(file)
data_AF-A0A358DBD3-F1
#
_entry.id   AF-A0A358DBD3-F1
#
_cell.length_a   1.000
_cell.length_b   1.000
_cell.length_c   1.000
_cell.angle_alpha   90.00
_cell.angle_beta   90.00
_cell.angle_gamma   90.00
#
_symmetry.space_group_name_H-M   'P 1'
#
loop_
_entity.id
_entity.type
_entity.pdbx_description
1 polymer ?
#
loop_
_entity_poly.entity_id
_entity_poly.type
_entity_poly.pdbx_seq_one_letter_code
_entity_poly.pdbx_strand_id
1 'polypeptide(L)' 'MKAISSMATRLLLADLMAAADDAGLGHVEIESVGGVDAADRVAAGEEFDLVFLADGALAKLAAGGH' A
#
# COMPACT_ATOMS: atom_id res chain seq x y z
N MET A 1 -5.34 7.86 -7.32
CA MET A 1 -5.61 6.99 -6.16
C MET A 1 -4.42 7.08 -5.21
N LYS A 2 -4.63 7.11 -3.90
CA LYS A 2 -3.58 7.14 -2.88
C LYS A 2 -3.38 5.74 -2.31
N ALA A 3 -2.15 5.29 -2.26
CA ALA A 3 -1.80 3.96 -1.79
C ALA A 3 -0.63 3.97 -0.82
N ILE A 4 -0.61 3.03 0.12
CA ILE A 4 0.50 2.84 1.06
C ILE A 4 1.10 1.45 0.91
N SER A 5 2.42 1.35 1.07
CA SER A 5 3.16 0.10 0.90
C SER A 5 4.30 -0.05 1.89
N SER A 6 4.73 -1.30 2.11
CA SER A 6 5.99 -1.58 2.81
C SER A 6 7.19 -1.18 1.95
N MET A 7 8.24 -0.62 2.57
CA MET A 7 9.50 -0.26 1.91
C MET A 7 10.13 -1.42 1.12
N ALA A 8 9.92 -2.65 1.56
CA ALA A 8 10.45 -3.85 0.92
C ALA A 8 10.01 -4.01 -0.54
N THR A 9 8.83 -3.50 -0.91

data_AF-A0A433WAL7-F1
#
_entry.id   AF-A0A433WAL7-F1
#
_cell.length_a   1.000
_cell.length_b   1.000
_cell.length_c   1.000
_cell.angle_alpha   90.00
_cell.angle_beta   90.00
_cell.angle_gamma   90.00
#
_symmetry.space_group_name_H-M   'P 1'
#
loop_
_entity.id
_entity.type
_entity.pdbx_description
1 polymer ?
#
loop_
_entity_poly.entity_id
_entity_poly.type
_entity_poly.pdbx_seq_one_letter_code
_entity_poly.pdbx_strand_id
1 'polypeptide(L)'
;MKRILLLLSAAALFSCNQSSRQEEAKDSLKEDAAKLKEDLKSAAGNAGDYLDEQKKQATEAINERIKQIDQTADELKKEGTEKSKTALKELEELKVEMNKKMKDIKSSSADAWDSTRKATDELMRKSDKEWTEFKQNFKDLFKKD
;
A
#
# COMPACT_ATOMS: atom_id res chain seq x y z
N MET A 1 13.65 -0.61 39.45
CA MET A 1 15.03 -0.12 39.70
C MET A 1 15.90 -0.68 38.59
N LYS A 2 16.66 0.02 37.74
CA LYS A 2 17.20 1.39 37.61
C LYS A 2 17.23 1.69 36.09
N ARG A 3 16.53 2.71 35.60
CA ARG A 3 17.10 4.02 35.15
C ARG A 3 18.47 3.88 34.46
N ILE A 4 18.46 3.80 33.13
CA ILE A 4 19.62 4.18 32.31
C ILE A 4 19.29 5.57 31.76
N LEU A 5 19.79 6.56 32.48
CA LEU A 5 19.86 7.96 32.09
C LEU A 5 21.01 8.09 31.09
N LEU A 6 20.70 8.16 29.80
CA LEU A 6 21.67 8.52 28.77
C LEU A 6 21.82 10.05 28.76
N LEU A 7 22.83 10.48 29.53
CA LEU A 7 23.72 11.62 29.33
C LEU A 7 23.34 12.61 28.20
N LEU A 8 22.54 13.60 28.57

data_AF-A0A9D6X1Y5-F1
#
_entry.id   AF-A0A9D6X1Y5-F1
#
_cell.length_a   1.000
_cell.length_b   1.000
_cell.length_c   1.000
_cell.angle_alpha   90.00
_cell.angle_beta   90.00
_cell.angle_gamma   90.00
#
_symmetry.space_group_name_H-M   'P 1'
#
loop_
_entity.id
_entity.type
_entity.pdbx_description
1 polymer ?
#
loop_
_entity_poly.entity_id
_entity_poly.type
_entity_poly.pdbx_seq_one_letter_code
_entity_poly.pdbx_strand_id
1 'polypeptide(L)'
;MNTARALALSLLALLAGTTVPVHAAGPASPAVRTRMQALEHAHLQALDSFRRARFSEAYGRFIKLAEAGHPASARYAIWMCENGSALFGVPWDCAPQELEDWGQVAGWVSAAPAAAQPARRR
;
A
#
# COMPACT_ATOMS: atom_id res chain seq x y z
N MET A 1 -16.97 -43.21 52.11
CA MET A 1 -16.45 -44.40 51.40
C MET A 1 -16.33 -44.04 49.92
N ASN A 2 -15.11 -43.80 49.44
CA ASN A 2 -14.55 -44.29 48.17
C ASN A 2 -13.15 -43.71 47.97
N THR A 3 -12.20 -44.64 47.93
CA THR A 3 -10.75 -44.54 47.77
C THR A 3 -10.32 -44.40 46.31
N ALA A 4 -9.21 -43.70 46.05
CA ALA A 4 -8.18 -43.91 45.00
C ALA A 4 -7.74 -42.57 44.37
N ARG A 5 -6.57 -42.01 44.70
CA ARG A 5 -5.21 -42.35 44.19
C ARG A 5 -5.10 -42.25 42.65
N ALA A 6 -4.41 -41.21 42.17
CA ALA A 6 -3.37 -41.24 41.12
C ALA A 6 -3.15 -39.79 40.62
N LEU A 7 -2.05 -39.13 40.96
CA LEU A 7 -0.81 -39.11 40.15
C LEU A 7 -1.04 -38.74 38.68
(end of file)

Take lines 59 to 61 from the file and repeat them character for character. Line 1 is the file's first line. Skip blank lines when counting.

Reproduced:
_cell.length_c   1.000
_cell.angle_alpha   90.00
_cell.angle_beta   90.00